Follow us On YouTube Follow us On FaceBook



or
Search Language
Browse
Medical Animations
Medical Animation Titles
Custom Legal Animations
Patient Health Articles
Most Recent Uploads
Body Systems/Regions
Anatomy & Physiology
Diseases & Conditions
Diagnostics & Surgery
Cells & Tissues
Cardiovascular System
Digestive System
Integumentary System
Nervous System
Reproductive System
Respiratory System
Back and Spine
Foot and Ankle
Head and Neck
Hip
Knee
Shoulder
Thorax
Medical Specialties
Cancer
Cardiology
Dentistry
Editorial
Neurology/Neurosurgery
Ob/Gyn
Orthopedics
Pediatrics
Account
Administrator Login

Health Effects of Smoking - Medical Animation

 

This animation may only be used in support of a single legal proceeding and for no other purpose. Read our License Agreement for details. To license this image for other purposes, click here.

Ready to License?

Item #ANH12071 — Source #1

Order by phone: (800) 338-5954

Health Effects of Smoking - Medical Animation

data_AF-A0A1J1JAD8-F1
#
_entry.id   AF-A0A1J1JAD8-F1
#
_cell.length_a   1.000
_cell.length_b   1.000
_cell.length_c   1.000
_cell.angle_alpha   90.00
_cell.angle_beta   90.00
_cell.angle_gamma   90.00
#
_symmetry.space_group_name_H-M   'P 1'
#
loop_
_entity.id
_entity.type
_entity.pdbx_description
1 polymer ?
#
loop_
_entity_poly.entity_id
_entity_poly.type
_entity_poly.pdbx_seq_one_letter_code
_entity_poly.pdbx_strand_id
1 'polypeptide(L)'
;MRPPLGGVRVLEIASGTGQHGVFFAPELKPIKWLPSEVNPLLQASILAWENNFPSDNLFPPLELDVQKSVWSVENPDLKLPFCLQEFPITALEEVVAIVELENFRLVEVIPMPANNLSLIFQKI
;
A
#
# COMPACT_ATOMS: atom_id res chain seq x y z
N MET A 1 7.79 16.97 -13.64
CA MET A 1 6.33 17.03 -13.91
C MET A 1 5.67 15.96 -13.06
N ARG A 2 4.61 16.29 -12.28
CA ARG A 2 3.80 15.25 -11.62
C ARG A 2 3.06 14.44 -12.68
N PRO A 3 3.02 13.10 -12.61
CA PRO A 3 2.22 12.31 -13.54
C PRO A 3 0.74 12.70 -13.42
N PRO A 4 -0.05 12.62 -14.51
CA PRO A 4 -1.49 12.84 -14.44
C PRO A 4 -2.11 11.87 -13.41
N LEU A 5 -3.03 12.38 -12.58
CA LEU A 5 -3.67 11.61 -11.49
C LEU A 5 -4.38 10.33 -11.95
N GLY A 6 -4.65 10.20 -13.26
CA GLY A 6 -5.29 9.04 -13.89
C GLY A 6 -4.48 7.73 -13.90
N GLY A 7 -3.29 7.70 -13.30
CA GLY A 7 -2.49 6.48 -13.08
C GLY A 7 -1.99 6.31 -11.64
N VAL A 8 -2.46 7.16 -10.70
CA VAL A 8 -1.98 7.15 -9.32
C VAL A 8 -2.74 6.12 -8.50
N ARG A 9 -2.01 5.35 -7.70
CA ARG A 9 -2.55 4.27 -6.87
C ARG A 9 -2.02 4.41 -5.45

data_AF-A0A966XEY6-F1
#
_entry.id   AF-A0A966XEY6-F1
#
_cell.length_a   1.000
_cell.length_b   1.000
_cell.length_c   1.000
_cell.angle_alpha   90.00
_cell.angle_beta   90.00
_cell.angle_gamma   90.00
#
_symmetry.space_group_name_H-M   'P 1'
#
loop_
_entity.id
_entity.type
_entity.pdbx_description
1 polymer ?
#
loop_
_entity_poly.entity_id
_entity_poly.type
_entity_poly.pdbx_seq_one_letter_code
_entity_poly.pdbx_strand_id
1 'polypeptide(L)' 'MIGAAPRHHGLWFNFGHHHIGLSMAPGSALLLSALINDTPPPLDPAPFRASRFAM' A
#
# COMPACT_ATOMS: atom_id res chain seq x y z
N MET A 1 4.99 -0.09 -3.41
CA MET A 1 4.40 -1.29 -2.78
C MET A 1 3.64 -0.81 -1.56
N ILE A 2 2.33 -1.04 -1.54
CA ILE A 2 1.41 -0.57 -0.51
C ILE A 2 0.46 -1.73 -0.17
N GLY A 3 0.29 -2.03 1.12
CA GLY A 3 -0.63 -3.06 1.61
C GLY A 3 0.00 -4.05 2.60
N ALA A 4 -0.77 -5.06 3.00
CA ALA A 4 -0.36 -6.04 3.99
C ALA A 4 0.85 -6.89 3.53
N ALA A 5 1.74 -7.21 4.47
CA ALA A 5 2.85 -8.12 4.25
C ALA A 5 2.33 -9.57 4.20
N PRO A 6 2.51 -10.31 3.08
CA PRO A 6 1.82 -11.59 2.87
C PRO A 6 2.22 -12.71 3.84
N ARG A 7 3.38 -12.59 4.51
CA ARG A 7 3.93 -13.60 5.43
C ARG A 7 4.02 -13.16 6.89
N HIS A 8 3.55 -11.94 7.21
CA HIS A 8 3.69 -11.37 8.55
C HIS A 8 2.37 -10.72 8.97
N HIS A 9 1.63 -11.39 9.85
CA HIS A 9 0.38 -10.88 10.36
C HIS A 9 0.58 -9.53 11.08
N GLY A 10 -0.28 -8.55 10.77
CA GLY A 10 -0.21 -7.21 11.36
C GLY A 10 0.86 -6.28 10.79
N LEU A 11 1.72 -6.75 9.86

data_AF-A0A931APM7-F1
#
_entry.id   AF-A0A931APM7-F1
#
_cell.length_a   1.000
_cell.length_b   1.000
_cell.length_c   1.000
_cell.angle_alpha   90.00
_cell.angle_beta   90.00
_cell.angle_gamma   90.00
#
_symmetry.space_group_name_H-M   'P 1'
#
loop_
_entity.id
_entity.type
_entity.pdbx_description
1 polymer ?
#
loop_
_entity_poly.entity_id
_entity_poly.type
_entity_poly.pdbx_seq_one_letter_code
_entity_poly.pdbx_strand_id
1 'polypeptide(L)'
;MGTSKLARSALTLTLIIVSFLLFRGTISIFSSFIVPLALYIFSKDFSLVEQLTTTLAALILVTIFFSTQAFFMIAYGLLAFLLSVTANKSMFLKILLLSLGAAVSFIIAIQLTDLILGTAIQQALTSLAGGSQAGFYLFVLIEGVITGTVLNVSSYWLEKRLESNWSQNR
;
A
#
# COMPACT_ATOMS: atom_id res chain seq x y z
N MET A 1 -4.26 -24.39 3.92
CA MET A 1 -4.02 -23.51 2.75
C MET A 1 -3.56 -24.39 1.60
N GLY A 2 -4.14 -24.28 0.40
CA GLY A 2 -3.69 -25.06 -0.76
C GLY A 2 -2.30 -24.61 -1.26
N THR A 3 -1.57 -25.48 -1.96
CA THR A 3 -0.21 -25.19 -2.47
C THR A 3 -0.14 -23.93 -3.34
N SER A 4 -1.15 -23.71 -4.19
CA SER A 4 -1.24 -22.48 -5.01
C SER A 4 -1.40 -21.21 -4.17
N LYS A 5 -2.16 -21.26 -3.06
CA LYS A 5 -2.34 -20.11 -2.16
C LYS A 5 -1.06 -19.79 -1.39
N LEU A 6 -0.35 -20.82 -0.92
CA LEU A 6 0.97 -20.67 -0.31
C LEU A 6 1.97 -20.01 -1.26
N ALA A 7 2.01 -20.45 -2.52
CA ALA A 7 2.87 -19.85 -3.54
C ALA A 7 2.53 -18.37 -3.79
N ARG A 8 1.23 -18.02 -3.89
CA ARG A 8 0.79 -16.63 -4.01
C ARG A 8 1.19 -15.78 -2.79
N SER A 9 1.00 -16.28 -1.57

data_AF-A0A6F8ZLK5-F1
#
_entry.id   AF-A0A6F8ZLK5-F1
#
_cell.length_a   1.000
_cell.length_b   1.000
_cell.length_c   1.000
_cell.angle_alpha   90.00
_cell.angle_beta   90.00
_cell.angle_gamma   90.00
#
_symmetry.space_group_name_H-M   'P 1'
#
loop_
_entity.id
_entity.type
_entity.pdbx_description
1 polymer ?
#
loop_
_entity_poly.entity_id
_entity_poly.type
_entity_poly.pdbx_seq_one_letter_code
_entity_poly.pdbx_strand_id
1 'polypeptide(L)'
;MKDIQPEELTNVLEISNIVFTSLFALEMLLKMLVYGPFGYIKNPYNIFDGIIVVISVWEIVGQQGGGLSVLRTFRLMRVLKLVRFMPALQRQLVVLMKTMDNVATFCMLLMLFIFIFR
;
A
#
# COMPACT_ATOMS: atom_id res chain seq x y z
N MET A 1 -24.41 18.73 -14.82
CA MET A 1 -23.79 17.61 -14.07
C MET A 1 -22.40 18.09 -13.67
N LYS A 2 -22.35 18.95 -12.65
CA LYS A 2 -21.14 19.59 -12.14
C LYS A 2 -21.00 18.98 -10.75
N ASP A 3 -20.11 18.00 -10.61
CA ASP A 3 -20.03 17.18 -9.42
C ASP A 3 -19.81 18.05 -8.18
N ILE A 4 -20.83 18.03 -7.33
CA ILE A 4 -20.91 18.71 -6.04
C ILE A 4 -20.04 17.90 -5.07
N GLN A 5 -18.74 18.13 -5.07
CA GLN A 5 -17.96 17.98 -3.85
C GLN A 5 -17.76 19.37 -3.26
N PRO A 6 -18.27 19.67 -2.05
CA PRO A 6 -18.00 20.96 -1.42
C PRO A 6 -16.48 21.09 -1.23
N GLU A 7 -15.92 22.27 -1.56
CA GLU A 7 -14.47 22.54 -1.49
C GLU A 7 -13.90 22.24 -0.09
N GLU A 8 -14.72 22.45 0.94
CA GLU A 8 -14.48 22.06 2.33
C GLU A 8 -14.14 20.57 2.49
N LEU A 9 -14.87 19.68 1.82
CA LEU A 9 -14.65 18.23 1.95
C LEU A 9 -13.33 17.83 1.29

MEDICAL ANIMATION TRANSCRIPT: Every time you smoke a cigarette, toxic gases pass into your lungs, then into your bloodstream where they spread to every organ in your body. A cigarette is made using the tobacco leaf, which contains nicotine and a variety of other compounds. As the tobacco and compounds burn, they release thousands of dangerous chemicals, including over 40 known to cause cancer. Cigarette smoke contains the poisonous gases carbon monoxide and nitrogen oxide, as well as trace amounts of cancer-causing radioactive particles. All forms of tobacco are dangerous, including cigars, pipes, and smokeless tobacco, such as chewing tobacco and snuff. Nicotine is an addictive chemical in tobacco. After you inhale tobacco smoke, nicotine flows through the bloodstream to your brain, where it induces a pleasurable feeling. When you repeatedly expose your brain to nicotine, it becomes desensitized, making you crave more and more nicotine just to feel normal. Smoking causes death. People who smoke typically die at an earlier age than nonsmokers. In fact, one of every five deaths in the United States is linked to cigarette smoking. If you smoke, your risk of major health problems increases dramatically, including heart disease, heart attack, stroke, lung cancer, and death from chronic obstructive pulmonary disease. Smoking causes cardiovascular disease. When nicotine flows through your adrenal glands, it stimulates the release of epinephrine, a hormone that raises your blood pressure. In addition, nicotine and carbon monoxide can damage the lining of the inner walls in your arteries. Fatty deposits, called plaque, can build up at these injury sites and become large enough to narrow the arteries and severely reduced blood flow, resulting in a condition called atherosclerosis. In coronary artery disease, atherosclerosis narrows the arteries that supply the heart, which reduces the supply of oxygen to your heart muscle, increasing your risk for a heart attack. Smoking also raises your risk for blood clots, because it causes platelets in your blood to clump together. Smoking increases your risk for peripheral vascular disease, in which atherosclerotic plaques block the large arteries in your arms and legs. Smoking can also cause an abdominal aortic aneurysm, which is a swelling or weakening of your aorta, where it runs through your abdomen. Smoking damages two main parts of your lungs. Your airways, also called bronchial tubes, and small air sacs called alveoli. With each breath, air travels down your windpipe, called the trachea, and enters your lungs through your bronchial tubes. Air then moves into thousands of tiny alveoli, where oxygen from the air moves into your bloodstream, and the waste product, carbon dioxide, moves out of your bloodstream. Tiny hair like projections, called cilia, line your bronchial tubes and sweet harmful substances out of your lungs. Cigarette smoke irritates the lining of your bronchial tubes, causing them to swell and make mucus. Cigarette smoke also slows the movement of your cilia, causing some of the smoke and mucus to stay in your lungs. While you are sleeping, some of the cilia recover and start pushing more pollutants and mucous out of your lungs. When you wake up, your body attempts to expel this material by coughing repeatedly, a condition known as smoker's cough. Over time, chronic bronchitis develops. As your cilia stop working, your airways become clogged with scars any mucous, and breathing becomes difficult. Your lungs are now more vulnerable to further disease. Cigarette smoke also damages your alveoli, making it harder for oxygen and carbon dioxide to exchange with your blood. Over time, so little oxygen can reach your blood that you may develop emphysema, a condition in which you must gasp for every breath, and wear an oxygen tube under your nose in order to breath. Chronic bronchitis and emphysema are collectively called chronic obstructive pulmonary disease, or COPD. COPD is a gradual loss of the ability to breathe for which there is no cure. Cigarette smoke contains at least 40 cancer causing substances, called carcinogens, including cyanide, formaldehyde, benzene, and ammonia. In your body, healthy cells grow, make new cells, then die. Genetic material inside each cell, called DNA, directs this process. If you smoke, toxic chemicals can damage the DNA in your healthy cells. As a result, your damaged cells create new, unhealthy cells, which grow out of control and may spread to other parts of your body. The most common cancer in the world is lung cancer, with over a million new cases diagnosed every year. Harmful chemicals in cigarettes can cause cancer in other parts of your body, such as in the blood and bone marrow, mouth, larynx, throat, esophagus, stomach, pancreas, kidney, bladder, uterus, and cervix. Smoking can cause infertility in both men and women. If a woman is pregnant and smokes during pregnancy, she exposes her baby to the cigarettes poisonous chemicals, causing a greater risk of low birth weight, miscarriage, preterm delivery, still birth, infant death, and sudden infant death syndrome. Smoking is also dangerous if a mother is breastfeeding. Nicotine passes to the baby through breast milk, and can cause restlessness, rapid heartbeat, vomiting, interrupted sleep, or diarrhea. Other health effects of smoking include low bone density and increased risk for hip fracture among women, gum disease often leading to tooth loss and surgery, immune system dysfunction and delayed wound healing, and sexual impotence in men.